Bikefest venue offers something to build to

Published 8:45 pm Tuesday, September 22, 2009

Standing behind his custom-built three-wheel motorcycle, Mike Gilliam of Lake Charles, La., said he had heard about Bikefest and decided to spend the weekend here in Bainbridge.

During the Saturday morning bike show around Willis Park, Gilliam’s motorcycle was polished and poised with the other three-wheel motorcycles that were competing in the bike show.

Gilliam said he’s retired and trailers his motorcycle all across the country. With approximately $100,000 invested in the motorcycle, Gilliam only brings it out on occasion when he’s in a place that strikes his fancy. He said it was custom-built by some friends of his in Miami, Fla.

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“When I get to a good spot, I stop and check it out,” Gilliam said. “I heard about it (Bainbridge Bikefest), and I wanted to see what it was all about.”

With this year being the first at the new venue on Pond Town Road, Gilliam said he liked the site being away from the city.

“The guys running it, they must be bikers. They are doing everything that bikers want,” Gilliam said.

Roy Reynolds, president of Bikefest, said the weekend was “fantastic,” but because of higher than expected costs to get the new venue open and lower paid attendance, the charities Bikefest has traditionally supported may not get any support from Bikefest this year.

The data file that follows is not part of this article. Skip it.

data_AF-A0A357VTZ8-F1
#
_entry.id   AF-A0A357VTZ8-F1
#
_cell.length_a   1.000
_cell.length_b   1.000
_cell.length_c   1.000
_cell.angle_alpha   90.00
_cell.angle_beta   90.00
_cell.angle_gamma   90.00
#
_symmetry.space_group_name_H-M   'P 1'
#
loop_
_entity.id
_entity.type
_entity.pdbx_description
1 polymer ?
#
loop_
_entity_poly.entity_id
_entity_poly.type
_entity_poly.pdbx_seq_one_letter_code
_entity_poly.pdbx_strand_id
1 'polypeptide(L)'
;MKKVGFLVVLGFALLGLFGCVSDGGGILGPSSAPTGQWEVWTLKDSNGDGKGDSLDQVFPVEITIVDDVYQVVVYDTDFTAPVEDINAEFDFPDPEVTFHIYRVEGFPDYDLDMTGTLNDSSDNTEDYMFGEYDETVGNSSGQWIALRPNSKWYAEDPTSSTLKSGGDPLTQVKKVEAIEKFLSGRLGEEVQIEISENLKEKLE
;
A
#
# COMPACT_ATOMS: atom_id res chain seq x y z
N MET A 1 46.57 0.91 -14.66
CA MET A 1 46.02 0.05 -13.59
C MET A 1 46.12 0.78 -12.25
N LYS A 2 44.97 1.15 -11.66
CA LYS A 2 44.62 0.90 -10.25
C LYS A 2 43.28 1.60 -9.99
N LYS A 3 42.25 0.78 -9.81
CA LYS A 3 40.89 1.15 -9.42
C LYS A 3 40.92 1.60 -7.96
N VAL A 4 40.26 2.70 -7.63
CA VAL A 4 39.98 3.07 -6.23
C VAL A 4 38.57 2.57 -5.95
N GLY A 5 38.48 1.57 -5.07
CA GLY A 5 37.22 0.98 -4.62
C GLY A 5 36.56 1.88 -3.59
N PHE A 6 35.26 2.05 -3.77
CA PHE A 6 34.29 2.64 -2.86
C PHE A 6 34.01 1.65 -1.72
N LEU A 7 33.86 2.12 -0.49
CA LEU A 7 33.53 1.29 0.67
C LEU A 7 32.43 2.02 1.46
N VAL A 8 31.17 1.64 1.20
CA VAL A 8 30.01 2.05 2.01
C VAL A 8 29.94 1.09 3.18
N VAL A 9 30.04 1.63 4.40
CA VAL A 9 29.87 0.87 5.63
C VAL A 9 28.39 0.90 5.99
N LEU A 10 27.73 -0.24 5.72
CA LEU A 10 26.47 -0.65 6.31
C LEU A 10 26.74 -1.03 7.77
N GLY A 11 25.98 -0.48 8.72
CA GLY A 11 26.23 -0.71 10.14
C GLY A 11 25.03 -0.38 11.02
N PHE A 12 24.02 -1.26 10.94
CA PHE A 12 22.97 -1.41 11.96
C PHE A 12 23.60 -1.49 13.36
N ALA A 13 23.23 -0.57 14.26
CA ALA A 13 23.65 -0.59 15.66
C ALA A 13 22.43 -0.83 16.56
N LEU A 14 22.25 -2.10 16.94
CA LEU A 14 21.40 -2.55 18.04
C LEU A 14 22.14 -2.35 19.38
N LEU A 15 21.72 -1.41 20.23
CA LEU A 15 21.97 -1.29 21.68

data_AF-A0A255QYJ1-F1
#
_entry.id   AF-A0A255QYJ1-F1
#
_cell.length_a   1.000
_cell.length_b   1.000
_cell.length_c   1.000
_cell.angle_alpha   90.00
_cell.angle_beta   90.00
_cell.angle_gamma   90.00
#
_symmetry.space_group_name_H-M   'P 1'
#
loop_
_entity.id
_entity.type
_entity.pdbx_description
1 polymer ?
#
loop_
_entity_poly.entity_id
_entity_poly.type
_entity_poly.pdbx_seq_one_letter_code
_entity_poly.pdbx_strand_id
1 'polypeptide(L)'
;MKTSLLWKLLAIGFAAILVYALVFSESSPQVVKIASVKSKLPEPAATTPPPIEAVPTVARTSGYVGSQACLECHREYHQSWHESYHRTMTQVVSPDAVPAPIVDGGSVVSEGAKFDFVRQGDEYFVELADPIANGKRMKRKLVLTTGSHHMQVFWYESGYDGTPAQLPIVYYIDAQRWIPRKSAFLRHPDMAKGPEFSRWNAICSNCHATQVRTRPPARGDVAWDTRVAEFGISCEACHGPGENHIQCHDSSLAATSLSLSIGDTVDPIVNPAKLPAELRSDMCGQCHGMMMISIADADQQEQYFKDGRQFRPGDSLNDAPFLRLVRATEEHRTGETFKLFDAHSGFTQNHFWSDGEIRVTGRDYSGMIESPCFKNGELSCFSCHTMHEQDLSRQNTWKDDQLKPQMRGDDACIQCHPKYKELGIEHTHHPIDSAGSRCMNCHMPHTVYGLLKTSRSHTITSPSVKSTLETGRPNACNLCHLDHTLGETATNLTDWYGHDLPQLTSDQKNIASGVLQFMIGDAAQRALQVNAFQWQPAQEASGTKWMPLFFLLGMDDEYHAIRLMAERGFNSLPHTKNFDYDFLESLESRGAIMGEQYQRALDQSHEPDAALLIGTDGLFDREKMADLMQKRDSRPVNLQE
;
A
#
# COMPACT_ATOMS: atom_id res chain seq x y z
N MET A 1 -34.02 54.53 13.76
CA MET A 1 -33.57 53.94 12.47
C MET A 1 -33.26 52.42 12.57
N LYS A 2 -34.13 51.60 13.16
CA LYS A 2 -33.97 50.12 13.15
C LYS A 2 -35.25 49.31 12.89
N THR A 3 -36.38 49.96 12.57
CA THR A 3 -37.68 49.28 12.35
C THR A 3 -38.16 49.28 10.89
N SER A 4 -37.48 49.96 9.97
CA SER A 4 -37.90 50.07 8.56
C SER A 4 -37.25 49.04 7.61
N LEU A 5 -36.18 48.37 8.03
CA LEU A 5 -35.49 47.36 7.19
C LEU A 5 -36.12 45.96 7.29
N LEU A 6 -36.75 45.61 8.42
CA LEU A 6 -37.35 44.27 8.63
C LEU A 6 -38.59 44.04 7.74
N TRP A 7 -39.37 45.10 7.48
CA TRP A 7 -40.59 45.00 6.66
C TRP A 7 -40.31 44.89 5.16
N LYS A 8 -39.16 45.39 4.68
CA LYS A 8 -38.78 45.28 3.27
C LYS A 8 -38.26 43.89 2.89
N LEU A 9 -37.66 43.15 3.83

“Our charities may suffer this year, but that means more for them next year,” Reynolds said Tuesday.

Approximately 4,000 people attended Bikefest this year; however, approximately 2,500 were paid attendees and the other approximately 1,500 were sponsors, vendors or volunteers who had assisted the organization with the site and festivities. During its heydays of 2002 and 2003, Bikefest attracted approximately 10,000 persons, Reynolds said.

Although there was some concern about the weather and its potential impact on the dirt roads at the new venue, Reynolds said the road didn’t pose a problem because the organizers had a local company ensure the roads were scraped and drained well.

“Water didn’t hurt us,” Reynolds said.

The weather forecast may have though.

“The forecast of rain hurt our attendance somewhat,” he said.

Also during the poker run, a woman was shocked when she was indirectly hit by a lightning strike at Big Jim’s. Reynolds and witnesses said the woman appeared to be OK.

Reynolds said he hopes to now market the new venue for other uses besides Bikefest, such as an old-fashioned gospel sing where families can stay for a weekend.

“We’ve got something to build to now,” Reynolds said of the venue. “I’m excited about using the property for purposes besides Bikefest.”